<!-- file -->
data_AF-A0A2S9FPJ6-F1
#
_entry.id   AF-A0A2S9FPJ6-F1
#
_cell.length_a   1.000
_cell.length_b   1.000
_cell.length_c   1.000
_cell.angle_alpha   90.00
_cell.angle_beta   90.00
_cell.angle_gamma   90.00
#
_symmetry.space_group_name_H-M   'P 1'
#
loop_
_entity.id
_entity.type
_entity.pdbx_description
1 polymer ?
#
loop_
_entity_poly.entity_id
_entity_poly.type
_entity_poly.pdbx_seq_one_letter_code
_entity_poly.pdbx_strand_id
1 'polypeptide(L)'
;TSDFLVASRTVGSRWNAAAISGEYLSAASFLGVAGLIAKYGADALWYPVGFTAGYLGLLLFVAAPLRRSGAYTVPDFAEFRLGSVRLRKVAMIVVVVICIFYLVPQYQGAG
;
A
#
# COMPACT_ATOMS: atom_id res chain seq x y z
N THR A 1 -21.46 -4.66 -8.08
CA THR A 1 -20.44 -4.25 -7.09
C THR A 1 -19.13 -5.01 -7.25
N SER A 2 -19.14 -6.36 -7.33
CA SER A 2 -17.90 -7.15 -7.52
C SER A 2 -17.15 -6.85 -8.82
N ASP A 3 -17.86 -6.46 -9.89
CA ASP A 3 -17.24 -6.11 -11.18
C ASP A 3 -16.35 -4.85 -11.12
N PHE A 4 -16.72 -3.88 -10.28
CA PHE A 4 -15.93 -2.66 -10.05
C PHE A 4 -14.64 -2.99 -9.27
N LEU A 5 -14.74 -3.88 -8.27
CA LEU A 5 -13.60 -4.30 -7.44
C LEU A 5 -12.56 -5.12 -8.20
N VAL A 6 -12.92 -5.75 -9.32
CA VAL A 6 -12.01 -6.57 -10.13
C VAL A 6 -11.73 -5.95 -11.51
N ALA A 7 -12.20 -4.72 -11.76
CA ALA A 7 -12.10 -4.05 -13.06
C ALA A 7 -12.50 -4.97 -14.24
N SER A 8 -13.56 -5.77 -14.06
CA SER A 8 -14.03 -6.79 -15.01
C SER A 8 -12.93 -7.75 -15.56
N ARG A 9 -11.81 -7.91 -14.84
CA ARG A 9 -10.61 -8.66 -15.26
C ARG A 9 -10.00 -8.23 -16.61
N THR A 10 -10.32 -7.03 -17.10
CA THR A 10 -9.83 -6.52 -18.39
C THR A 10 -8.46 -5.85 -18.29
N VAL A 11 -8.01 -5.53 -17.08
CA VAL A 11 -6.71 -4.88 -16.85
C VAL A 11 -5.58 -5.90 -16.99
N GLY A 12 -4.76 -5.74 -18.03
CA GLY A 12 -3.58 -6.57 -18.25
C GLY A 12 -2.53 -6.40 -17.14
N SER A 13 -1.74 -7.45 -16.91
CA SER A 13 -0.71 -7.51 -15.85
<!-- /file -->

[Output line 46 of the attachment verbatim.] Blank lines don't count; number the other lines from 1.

N VAL A 6 -12.92 -5.75 -9.32